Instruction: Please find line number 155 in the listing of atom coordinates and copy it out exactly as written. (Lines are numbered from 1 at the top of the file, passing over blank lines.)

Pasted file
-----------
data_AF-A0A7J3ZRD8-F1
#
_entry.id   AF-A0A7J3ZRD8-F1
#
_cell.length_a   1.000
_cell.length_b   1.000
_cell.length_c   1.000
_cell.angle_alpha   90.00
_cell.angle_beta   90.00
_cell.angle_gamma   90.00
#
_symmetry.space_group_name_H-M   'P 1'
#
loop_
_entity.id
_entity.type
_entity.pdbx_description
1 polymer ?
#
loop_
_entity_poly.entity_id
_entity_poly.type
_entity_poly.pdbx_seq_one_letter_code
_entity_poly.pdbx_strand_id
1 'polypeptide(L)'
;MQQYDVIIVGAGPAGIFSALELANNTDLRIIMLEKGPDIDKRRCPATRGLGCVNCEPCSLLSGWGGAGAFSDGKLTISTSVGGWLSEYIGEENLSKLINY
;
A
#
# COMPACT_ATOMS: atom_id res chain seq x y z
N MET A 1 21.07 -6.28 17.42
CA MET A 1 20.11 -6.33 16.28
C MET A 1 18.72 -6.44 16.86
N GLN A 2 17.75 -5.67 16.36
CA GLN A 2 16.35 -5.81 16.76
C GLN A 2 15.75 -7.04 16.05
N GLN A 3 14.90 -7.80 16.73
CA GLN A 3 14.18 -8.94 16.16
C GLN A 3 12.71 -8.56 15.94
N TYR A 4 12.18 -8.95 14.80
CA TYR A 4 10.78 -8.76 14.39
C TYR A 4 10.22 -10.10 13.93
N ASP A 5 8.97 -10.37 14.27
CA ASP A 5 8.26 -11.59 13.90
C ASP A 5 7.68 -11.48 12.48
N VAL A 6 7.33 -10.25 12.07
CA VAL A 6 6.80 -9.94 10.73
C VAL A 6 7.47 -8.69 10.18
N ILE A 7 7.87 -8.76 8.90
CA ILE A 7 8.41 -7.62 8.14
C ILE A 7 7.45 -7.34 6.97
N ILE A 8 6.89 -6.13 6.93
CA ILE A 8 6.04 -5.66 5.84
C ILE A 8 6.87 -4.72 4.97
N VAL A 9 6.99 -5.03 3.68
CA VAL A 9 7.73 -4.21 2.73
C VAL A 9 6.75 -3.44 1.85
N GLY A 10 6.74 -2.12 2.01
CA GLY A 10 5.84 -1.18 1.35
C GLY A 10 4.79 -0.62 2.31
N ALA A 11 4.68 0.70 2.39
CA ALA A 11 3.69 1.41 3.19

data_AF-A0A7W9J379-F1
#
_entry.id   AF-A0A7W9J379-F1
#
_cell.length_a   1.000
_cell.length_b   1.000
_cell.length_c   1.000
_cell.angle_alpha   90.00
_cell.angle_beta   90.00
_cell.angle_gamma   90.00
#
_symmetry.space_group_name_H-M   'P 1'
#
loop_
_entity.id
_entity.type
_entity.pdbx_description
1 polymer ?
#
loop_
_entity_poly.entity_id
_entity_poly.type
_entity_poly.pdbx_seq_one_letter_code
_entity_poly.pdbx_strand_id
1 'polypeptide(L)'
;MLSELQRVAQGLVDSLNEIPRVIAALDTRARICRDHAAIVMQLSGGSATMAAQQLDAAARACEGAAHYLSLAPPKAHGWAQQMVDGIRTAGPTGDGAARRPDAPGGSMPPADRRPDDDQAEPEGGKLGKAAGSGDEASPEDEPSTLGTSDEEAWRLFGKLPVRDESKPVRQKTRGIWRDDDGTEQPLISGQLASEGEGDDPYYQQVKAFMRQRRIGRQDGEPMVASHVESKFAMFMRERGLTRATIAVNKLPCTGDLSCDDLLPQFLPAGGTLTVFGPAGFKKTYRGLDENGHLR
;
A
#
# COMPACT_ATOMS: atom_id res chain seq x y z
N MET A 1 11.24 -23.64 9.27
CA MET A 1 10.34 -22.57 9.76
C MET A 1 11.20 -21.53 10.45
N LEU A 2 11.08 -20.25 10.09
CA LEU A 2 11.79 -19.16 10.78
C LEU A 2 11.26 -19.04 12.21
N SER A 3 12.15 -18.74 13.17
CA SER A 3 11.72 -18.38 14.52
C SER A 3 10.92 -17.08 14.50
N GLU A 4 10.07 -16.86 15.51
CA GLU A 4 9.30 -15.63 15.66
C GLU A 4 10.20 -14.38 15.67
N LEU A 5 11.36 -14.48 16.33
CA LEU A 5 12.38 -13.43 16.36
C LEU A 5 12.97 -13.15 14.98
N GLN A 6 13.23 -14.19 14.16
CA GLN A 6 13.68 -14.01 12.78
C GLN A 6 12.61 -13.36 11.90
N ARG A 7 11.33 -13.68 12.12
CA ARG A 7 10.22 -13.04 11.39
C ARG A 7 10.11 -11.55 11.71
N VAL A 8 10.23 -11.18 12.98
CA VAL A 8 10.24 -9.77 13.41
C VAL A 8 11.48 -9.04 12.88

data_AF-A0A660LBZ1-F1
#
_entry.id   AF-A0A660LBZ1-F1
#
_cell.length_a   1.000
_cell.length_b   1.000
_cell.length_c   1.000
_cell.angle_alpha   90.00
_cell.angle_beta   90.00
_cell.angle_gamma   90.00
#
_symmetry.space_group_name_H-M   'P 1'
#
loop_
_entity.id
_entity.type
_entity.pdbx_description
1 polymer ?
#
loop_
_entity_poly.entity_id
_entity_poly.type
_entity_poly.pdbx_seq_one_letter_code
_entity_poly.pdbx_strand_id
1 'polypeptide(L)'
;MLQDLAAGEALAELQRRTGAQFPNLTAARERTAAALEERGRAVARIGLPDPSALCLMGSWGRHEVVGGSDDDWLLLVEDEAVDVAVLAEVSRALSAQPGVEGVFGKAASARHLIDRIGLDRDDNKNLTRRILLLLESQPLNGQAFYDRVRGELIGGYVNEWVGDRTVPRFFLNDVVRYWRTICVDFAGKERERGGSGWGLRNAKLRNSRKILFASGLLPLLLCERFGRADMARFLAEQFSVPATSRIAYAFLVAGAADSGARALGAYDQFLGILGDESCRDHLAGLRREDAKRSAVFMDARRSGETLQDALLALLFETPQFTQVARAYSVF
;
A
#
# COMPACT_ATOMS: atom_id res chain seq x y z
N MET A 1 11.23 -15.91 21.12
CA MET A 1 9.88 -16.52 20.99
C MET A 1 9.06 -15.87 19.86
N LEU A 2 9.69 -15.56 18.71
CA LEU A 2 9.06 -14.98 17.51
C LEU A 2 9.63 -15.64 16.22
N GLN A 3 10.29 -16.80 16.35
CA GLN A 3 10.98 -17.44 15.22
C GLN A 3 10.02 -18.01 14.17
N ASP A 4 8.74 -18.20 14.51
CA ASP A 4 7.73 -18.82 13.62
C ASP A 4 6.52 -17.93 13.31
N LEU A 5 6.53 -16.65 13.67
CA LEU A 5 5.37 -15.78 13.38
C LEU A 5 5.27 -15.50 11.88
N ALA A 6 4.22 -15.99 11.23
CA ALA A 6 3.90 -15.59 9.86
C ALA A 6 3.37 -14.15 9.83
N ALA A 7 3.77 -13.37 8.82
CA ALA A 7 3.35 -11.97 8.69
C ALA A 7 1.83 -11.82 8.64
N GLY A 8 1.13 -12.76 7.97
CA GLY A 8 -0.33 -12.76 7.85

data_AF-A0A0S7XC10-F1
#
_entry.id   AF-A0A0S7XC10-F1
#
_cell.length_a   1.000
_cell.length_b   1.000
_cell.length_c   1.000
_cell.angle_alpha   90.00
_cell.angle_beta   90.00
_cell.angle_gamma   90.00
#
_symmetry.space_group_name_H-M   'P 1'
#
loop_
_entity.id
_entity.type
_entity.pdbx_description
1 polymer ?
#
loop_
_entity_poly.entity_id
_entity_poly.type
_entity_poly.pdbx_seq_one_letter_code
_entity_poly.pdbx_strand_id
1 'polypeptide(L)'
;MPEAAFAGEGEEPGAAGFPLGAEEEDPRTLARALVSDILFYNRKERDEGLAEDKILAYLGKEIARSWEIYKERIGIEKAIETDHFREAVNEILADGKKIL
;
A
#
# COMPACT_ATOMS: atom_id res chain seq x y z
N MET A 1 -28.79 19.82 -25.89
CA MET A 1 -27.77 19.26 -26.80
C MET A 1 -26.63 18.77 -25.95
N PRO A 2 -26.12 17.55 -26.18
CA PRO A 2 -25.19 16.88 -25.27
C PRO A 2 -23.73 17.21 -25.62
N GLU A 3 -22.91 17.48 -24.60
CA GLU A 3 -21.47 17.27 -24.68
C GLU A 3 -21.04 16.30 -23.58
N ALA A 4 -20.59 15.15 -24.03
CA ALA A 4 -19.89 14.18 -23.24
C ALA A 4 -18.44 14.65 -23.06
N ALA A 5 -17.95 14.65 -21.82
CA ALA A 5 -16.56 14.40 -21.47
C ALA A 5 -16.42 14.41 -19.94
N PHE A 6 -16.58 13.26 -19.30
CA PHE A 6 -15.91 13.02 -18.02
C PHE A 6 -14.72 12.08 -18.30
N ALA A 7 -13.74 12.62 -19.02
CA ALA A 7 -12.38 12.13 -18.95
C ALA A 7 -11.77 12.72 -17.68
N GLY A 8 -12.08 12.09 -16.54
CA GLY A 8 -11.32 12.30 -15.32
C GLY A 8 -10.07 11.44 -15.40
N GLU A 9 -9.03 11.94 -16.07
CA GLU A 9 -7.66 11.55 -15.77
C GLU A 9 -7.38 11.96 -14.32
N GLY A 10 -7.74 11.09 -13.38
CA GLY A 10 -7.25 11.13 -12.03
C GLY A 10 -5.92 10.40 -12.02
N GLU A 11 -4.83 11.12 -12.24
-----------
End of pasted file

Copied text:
C GLN A 3 10.02 -18.01 14.17